In 2023 the professional networking social platform LinkedIn launched a new type of content to encourage more engagement among users. These articles are called ‘collaborative articles’ and are AI (Artificial Intelligence)-generated. They are accompanied by an invitation or prompt at the end of each paragraph to contribute thoughts and opinions in the comments.
This phenomenon caused me to start brainstorming ideas about the current opinion piece on the difference between what machines learn through artificial intelligence and what humans learn through knowledge.
Let’s take a journey exploring the evolution of AI and how it differs from human knowledge.
Disclaimer: no AI tool was used to write this article. Humble brag: contact me for a content writing quote.
A Quick Word on LinkedIn’s Collaborative Articles
To acknowledge the fact that LinkedIn gave me the inspiration to write this article (in my personal opinion, LinkedIn is ‘the watching paint dry social network’), let’s delve briefly into their concept of ‘collaborative articles’. In a nutshell, these articles are generated by AI using information that is readily available, they often contain sweeping generalisations and simple language to explain a concept without quoting any references. This is a particularly worrying element of these articles as there is no mention of sources, making them liable of being a product of so-called “hallucinations” or, simply put, statements that are not backed by evidence.
Then, these articles are pushed to users’ timelines with a request asking for comments. LinkedIn users that have the required skills and expertise can add a comment to each section of an article, so that the general public can “learn from experts across professional topics”. In other words, these experts are unpaid to contribute to an article that amounts to zero cost to LinkedIn in exchange of ‘visibility’ and to be perceived as knowledgeable in their field.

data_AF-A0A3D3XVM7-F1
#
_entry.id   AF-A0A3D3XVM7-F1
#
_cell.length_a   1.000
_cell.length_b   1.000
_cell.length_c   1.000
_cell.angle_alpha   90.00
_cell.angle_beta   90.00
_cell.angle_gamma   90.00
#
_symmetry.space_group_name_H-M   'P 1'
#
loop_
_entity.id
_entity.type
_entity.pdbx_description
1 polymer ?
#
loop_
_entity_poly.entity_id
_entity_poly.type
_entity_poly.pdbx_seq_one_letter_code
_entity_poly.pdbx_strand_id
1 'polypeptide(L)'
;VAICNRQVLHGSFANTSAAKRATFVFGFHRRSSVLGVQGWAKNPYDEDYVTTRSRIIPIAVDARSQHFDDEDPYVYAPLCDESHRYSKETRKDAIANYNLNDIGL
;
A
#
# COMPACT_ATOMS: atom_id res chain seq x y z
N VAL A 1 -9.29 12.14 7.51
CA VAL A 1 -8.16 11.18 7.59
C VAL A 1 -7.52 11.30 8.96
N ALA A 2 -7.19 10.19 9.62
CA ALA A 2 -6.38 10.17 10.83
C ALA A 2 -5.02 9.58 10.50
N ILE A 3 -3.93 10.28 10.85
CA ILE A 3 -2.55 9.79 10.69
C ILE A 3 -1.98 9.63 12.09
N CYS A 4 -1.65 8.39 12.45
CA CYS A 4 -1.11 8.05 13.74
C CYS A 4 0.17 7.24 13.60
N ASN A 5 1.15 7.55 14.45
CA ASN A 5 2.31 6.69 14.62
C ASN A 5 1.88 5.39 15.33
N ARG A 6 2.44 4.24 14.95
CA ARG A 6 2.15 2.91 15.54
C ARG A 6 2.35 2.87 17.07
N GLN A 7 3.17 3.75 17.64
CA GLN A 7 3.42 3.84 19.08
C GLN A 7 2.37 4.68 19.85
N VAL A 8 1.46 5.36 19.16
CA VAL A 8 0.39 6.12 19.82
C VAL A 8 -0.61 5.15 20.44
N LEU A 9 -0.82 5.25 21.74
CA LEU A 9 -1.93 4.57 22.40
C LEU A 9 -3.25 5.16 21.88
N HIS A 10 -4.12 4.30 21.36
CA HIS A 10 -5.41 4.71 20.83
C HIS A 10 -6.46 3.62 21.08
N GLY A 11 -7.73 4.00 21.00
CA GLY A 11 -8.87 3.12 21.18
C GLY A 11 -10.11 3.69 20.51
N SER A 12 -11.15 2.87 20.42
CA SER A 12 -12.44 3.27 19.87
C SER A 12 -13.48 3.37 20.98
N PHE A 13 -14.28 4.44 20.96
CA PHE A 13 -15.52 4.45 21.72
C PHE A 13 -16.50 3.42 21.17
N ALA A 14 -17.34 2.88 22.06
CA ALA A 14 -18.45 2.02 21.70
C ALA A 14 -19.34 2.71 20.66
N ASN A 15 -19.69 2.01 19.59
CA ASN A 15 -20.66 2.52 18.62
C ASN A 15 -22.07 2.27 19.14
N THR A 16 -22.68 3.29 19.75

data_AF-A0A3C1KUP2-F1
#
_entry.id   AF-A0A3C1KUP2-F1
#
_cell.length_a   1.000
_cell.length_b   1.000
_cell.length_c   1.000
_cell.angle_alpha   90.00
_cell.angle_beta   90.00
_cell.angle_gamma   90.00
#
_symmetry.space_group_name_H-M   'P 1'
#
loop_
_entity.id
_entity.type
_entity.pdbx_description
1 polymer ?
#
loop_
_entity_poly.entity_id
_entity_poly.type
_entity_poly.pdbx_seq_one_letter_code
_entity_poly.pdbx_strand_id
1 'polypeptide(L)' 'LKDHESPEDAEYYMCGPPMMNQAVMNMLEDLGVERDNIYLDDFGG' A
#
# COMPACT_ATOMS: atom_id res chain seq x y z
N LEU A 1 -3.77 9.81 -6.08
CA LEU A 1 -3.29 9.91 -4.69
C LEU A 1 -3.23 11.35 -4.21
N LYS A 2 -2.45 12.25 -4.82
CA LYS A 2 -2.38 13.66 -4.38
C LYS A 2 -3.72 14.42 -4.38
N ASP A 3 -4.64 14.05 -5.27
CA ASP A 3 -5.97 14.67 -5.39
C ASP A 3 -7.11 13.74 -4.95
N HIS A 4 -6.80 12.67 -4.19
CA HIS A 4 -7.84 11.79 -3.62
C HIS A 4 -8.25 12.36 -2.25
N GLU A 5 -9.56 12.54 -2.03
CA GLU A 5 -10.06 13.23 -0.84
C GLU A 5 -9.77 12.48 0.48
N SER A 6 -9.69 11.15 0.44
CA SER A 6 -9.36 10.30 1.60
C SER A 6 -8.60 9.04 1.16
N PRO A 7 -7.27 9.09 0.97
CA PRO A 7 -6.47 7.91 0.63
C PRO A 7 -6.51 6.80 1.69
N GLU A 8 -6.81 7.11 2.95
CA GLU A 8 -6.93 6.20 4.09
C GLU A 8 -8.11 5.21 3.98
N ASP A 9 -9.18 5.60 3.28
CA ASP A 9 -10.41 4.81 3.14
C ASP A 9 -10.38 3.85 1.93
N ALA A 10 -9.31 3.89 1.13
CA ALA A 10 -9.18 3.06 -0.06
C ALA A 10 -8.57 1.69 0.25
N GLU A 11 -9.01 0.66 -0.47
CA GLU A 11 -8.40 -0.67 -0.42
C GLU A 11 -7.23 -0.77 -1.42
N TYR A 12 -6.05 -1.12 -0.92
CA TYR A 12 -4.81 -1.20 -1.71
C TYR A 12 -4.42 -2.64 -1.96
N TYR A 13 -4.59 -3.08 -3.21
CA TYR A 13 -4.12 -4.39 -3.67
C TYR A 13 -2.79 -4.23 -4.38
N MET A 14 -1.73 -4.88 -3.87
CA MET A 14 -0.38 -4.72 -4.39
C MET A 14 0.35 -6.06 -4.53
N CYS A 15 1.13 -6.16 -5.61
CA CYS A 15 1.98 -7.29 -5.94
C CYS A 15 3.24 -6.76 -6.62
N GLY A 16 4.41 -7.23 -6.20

The so-called ‘conversation starters’ created by AI following prompts by LinkedIn’s editorial team require the input from experts to have any real value. On their own they are simply mini-essays that wouldn’t be worth reading. This is a reminder that AI offers tools that could help with content creation but they are not a replacement for it and that intelligence is the ability to use acquired knowledge in an efficient way (source).
What Is the Difference between AI and Human Knowledge?
Let’s start from the basics. The definition of knowledge is: “acquaintance with facts, truths, or principles, as from study or investigation” (source). The definition of intelligence is: “the ability to think, reason, and understand instead of doing things automatically or by instinct” (source). The definition of Artificial Intelligence is: “the use of computer programs that have some of the qualities of the human mind, such as the ability to understand language, recognize pictures, and learn from experience” (source).
What does this tell us? It tell us that AI, rather than being an exact mirror image of human knowledge, mimicks some characteristics that we usually associate with a set of human activities. AI requires an existing amount of data to interpolate into a resulting response, be it an image file, text, audio or video. The key word here is “existing”: while we commonly talk about generative AI implying it has creative qualities, AI is derivative in its output.
Does AI Have Knowledge?
Knowledge is one of the main shortcomings of AI.
What is common knowledge in AI?
When it comes to artificial intelligence research, it should include what humans perceive as being commonsense such as shared observed facts about everyday life, for example the grass is green and the sky is blue. These are concepts that humans learn from an early age and that are taken from granted. However, AI has to be told all of these concepts and they should be somehow protected from being altered, just like a Wikipedia page gets locked from being changed by unscrupulous editors.
What Can We Learn from This?
Ultimately, human input is what will make or break AI and the quality of its output. There is an increasing demand for human intervention to run quality assessments and fact-checking of AI-generated content.